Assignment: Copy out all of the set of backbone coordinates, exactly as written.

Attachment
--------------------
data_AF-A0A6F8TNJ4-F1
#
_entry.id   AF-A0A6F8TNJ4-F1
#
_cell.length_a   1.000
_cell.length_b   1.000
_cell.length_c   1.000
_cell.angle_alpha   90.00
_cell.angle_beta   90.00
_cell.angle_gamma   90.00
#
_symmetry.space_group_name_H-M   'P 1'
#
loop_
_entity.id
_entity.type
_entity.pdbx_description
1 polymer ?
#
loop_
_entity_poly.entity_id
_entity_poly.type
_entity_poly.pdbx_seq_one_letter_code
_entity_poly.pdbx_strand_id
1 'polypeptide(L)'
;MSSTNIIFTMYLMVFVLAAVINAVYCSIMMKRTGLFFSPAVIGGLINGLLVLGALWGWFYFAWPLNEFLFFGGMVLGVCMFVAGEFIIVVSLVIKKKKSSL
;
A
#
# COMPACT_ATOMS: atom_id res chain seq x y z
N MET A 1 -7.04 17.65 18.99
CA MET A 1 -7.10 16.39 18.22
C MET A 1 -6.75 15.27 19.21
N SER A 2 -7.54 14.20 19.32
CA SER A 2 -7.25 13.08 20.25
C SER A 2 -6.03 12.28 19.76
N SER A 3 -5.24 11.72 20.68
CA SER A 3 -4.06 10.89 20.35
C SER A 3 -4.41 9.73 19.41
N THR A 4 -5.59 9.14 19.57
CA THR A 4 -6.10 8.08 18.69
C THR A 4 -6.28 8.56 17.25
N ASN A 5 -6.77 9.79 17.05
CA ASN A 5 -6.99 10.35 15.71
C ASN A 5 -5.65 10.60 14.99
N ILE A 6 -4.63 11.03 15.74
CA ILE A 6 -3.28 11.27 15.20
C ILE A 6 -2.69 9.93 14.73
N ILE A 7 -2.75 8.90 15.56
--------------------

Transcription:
data_AF-A0A6F8TNJ4-F1
#
_entry.id   AF-A0A6F8TNJ4-F1
#
_cell.length_a   1.000
_cell.length_b   1.000
_cell.length_c   1.000
_cell.angle_alpha   90.00
_cell.angle_beta   90.00
_cell.angle_gamma   90.00
#
_symmetry.space_group_name_H-M   'P 1'
#
loop_
_entity.id
_entity.type
_entity.pdbx_description
1 polymer ?
#
loop_
_entity_poly.entity_id
_entity_poly.type
_entity_poly.pdbx_seq_one_letter_code
_entity_poly.pdbx_strand_id
1 'polypeptide(L)'
;MSSTNIIFTMYLMVFVLAAVINAVYCSIMMKRTGLFFSPAVIGGLINGLLVLGALWGWFYFAWPLNEFLFFGGMVLGVCMFVAGEFIIVVSLVIKKKKSSL
;
A
#
# COMPACT_ATOMS: atom_id res chain seq x y z
N MET A 1 -7.04 17.65 18.99
CA MET A 1 -7.10 16.39 18.22
C MET A 1 -6.75 15.27 19.21
N SER A 2 -7.54 14.20 19.32
CA SER A 2 -7.25 13.08 20.25
C SER A 2 -6.03 12.28 19.76
N SER A 3 -5.24 11.72 20.68
CA SER A 3 -4.06 10.89 20.35
C SER A 3 -4.41 9.73 19.41
N THR A 4 -5.59 9.14 19.57
CA THR A 4 -6.10 8.08 18.69
C THR A 4 -6.28 8.56 17.25
N ASN A 5 -6.77 9.79 17.05
CA ASN A 5 -6.99 10.35 15.71
C ASN A 5 -5.65 10.60 14.99
N ILE A 6 -4.63 11.03 15.74
CA ILE A 6 -3.28 11.27 15.20
C ILE A 6 -2.69 9.93 14.73
N ILE A 7 -2.75 8.90 15.56